When an inhomogeneous binary solid solution or alloy is annealed at constant temperature and constant pressure, it will become homogeneous to lower the free energy. Conversely, when a homogeneous binary alloy is annealed at constant pressure but under a temperature gradient, i.e. one end of it is hotter than the other, the opposite will happen: the alloy will become inhomogeneous, and the free energy increases. This de-alloying phenomenon is called the Soret effect, as mentioned in Chapter 10. It is due to thermomigration or mass migration driven by a temperature gradient [1–3]. Since the inhomogeneous alloy has higher free energy than the homogeneous alloy, thermomigration is an energetic process which transforms a phase from a low-energy to a high-energy state. It is unlike a conventional phase transformation which occurs by lowering Gibbs free energy.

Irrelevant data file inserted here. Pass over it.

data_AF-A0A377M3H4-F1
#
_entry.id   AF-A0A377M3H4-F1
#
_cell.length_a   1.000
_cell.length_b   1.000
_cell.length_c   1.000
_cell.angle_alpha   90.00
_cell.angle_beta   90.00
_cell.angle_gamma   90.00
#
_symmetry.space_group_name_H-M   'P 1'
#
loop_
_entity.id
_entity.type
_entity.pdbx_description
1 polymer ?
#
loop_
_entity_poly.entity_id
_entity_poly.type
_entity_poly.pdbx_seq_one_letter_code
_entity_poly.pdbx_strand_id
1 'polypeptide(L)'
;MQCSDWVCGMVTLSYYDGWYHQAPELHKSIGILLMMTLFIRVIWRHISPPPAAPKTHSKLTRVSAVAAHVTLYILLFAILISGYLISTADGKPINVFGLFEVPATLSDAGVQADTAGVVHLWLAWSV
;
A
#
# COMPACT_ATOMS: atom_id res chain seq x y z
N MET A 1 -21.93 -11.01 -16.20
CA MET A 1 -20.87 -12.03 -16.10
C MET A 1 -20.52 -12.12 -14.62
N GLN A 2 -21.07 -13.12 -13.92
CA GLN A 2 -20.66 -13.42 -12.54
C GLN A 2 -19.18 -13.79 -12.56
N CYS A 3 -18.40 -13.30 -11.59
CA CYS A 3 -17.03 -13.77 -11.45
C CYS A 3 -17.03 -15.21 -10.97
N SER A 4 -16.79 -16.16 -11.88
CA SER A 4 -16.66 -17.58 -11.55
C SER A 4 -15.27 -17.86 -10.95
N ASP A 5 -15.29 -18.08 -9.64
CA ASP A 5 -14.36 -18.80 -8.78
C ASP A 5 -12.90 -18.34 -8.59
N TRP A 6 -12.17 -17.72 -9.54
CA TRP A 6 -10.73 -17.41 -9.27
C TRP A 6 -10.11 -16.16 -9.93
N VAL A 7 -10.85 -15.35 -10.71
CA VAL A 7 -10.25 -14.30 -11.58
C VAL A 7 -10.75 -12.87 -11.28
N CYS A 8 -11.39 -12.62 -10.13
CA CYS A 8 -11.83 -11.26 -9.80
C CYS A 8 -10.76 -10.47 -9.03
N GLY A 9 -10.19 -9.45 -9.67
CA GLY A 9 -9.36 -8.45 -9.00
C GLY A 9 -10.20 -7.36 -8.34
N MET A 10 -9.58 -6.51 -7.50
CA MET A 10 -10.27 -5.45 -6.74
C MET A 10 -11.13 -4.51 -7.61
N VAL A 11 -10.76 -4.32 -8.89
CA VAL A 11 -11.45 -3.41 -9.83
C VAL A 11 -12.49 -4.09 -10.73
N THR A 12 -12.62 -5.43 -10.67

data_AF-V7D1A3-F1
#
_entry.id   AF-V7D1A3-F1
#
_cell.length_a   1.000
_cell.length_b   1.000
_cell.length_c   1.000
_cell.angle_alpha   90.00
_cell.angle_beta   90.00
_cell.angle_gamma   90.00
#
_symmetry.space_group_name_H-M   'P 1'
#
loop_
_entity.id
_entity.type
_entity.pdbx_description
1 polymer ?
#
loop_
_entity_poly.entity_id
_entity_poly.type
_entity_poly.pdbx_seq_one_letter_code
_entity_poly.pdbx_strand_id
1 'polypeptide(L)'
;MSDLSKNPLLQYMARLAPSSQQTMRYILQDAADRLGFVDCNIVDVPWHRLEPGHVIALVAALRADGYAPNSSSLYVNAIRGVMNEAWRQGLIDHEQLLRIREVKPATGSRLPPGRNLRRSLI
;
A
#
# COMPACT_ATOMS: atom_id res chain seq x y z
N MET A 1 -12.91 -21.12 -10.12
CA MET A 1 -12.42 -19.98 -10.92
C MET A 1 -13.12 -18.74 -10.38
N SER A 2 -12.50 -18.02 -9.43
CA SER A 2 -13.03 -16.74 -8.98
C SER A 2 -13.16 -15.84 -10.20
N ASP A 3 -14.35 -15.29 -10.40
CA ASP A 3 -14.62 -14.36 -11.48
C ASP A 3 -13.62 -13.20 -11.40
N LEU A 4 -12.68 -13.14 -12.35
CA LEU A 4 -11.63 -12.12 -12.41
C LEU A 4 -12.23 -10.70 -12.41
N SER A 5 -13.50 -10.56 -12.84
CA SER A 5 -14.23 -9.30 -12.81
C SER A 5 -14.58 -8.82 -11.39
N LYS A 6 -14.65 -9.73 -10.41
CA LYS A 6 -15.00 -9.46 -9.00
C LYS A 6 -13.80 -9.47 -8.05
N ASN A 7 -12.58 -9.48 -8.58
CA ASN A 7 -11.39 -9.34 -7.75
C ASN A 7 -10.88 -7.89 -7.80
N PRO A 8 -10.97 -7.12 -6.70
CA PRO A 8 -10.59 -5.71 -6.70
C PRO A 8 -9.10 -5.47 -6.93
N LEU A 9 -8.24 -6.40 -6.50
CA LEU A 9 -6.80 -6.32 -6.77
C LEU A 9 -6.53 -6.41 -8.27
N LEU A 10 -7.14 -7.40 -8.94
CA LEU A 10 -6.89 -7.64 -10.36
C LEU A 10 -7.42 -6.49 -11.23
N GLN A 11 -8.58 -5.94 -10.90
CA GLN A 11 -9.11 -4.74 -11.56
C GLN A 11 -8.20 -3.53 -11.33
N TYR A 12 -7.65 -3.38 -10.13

In thermodynamics, under homogeneous external conditions defined by a constant temperature and constant pressure (for example, if T is fixed at 100 °C and p is fixed at atmospheric pressure), a thermodynamic system will minimize its Gibbs free energy, and it will move toward the equilibrium condition at the given T and p. Both enthalpy and entropy are state functions, so the Gibbs free energy of the equilibrium state is defined when T and p are given. On the other hand, if the external conditions are inhomogeneous, for example, having different temperatures at the two ends of a sample in thermomigration, the equilibrium state of minimum Gibbs free energy is unattainable.